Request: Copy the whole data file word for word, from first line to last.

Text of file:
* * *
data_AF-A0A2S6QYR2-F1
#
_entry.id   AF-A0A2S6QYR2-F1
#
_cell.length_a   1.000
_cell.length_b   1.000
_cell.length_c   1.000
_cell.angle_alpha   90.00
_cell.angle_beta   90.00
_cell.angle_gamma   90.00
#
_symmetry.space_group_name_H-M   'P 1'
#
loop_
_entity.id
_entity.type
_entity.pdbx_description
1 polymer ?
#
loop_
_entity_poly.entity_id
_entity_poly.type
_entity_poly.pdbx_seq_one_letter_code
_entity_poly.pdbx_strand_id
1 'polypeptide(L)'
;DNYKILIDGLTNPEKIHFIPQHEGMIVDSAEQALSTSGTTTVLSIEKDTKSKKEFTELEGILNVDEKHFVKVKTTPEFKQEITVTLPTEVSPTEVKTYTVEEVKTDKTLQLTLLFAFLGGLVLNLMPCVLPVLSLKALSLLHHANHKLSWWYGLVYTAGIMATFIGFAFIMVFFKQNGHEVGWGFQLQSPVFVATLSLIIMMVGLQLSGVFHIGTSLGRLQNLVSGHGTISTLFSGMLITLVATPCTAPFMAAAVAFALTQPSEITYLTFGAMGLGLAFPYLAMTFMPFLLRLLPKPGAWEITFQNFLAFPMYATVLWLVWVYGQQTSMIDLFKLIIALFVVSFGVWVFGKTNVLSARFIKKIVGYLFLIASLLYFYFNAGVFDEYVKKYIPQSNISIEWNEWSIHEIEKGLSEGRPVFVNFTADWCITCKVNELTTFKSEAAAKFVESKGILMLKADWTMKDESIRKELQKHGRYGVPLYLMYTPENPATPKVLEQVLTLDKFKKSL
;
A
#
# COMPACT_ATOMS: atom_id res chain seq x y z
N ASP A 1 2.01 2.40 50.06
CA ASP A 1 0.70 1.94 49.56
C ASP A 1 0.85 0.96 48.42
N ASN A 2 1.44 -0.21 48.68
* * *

data_AF-A0A2S6QYR2-F1
#
_entry.id   AF-A0A2S6QYR2-F1
#
_cell.length_a   1.000
_cell.length_b   1.000
_cell.length_c   1.000
_cell.angle_alpha   90.00
_cell.angle_beta   90.00
_cell.angle_gamma   90.00
#
_symmetry.space_group_name_H-M   'P 1'
#
loop_
_entity.id
_entity.type
_entity.pdbx_description
1 polymer ?
#
loop_
_entity_poly.entity_id
_entity_poly.type
_entity_poly.pdbx_seq_one_letter_code
_entity_poly.pdbx_strand_id
1 'polypeptide(L)'
;DNYKILIDGLTNPEKIHFIPQHEGMIVDSAEQALSTSGTTTVLSIEKDTKSKKEFTELEGILNVDEKHFVKVKTTPEFKQEITVTLPTEVSPTEVKTYTVEEVKTDKTLQLTLLFAFLGGLVLNLMPCVLPVLSLKALSLLHHANHKLSWWYGLVYTAGIMATFIGFAFIMVFFKQNGHEVGWGFQLQSPVFVATLSLIIMMVGLQLSGVFHIGTSLGRLQNLVSGHGTISTLFSGMLITLVATPCTAPFMAAAVAFALTQPSEITYLTFGAMGLGLAFPYLAMTFMPFLLRLLPKPGAWEITFQNFLAFPMYATVLWLVWVYGQQTSMIDLFKLIIALFVVSFGVWVFGKTNVLSARFIKKIVGYLFLIASLLYFYFNAGVFDEYVKKYIPQSNISIEWNEWSIHEIEKGLSEGRPVFVNFTADWCITCKVNELTTFKSEAAAKFVESKGILMLKADWTMKDESIRKELQKHGRYGVPLYLMYTPENPATPKVLEQVLTLDKFKKSL
;
A
#
# COMPACT_ATOMS: atom_id res chain seq x y z
N ASP A 1 2.01 2.40 50.06
CA ASP A 1 0.70 1.94 49.56
C ASP A 1 0.85 0.96 48.42
N ASN A 2 1.44 -0.21 48.68